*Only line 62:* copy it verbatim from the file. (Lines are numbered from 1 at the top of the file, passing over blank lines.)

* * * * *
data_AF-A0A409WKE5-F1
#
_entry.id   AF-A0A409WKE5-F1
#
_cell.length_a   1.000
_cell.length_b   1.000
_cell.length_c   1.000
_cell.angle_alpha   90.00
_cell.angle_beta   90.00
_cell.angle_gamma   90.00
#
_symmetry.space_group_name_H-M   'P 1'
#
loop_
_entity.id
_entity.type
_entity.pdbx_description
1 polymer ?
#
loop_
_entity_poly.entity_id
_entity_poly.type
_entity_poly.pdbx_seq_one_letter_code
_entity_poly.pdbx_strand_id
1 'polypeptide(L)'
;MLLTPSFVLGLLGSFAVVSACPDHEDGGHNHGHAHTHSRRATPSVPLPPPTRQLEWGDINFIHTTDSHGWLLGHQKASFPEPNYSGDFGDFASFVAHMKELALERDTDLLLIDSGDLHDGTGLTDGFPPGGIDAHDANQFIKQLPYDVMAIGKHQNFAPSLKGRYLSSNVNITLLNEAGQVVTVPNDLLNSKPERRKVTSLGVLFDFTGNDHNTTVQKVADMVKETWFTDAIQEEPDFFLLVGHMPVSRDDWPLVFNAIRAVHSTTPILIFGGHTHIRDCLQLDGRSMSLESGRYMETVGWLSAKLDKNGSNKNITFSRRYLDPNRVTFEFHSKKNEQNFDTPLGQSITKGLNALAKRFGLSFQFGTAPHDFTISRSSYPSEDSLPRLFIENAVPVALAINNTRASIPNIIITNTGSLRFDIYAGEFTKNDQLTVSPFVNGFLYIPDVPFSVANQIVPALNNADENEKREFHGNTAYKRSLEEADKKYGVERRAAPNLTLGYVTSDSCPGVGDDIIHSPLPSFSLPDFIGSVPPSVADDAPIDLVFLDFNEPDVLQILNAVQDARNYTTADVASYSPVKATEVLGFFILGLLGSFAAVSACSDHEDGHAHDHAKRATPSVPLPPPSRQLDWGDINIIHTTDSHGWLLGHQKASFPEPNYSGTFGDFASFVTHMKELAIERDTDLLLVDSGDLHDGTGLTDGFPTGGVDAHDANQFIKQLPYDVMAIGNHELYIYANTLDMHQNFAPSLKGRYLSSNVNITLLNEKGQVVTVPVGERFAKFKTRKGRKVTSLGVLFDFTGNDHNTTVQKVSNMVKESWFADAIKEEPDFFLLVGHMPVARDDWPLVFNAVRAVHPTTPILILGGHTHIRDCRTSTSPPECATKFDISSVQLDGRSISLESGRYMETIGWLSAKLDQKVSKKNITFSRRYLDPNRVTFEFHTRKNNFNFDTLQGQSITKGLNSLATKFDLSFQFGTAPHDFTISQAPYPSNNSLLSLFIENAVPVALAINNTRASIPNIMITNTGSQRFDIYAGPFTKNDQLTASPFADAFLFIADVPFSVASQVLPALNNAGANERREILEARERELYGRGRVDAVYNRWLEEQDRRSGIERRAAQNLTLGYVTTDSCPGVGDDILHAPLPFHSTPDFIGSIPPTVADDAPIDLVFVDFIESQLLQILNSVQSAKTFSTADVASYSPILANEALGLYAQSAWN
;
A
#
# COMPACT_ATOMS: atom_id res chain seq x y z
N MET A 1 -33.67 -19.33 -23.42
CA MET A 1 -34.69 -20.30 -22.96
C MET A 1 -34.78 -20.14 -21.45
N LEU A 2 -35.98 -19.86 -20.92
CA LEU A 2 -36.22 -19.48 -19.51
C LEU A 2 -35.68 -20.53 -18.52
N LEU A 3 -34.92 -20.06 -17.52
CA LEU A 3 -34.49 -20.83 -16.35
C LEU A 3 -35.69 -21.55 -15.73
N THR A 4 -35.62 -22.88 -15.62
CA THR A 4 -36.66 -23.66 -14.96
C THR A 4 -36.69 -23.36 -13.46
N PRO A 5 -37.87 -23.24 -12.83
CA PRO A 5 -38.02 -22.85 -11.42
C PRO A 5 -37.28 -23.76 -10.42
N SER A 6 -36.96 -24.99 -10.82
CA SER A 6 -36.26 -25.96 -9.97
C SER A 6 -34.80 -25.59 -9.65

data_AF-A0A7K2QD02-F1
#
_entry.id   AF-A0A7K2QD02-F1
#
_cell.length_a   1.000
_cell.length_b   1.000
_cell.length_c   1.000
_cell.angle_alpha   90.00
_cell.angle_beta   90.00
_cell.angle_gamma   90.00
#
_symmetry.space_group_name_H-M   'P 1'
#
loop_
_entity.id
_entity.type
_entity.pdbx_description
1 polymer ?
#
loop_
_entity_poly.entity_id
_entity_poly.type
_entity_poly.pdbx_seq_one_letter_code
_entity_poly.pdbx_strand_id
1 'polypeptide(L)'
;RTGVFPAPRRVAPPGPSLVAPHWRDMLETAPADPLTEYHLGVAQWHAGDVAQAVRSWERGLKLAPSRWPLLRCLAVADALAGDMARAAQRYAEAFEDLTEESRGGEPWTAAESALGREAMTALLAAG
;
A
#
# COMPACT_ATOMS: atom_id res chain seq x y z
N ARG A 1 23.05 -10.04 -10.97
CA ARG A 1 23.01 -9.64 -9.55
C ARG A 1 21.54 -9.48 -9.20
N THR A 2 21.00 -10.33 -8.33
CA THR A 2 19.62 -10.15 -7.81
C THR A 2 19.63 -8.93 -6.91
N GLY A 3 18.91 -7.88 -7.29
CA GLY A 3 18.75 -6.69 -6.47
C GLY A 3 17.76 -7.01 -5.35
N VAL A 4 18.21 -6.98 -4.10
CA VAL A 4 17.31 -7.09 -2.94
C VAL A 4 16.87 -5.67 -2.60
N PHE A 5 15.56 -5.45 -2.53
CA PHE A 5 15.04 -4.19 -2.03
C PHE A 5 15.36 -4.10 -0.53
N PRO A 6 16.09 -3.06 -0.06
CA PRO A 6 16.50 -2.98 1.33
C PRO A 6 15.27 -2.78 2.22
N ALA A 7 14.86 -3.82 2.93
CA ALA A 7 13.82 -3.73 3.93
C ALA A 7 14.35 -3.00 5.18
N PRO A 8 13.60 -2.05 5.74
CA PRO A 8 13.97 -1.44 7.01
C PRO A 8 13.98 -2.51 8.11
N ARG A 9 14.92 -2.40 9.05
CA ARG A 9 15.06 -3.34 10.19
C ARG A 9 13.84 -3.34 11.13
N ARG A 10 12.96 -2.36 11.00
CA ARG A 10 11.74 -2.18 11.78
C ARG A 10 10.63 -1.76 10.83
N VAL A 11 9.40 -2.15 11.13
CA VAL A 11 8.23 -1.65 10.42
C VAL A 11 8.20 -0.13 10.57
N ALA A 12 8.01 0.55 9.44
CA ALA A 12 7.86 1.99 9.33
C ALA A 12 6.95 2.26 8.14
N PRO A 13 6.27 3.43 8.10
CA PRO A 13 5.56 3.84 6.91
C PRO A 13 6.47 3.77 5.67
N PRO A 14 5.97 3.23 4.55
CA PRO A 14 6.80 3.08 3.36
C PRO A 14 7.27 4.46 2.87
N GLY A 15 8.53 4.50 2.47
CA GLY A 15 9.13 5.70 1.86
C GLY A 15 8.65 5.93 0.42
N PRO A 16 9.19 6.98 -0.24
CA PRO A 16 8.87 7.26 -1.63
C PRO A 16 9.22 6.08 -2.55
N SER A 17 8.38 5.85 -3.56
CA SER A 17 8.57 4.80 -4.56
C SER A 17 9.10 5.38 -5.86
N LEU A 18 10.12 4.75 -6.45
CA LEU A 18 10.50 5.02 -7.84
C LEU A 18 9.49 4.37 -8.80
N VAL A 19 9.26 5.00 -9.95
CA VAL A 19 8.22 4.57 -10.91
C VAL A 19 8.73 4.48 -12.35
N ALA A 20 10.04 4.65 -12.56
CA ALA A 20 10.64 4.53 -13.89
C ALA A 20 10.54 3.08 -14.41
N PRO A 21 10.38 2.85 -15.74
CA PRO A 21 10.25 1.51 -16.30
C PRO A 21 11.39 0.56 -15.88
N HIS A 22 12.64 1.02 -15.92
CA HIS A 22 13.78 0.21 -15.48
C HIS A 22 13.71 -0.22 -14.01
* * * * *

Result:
loop_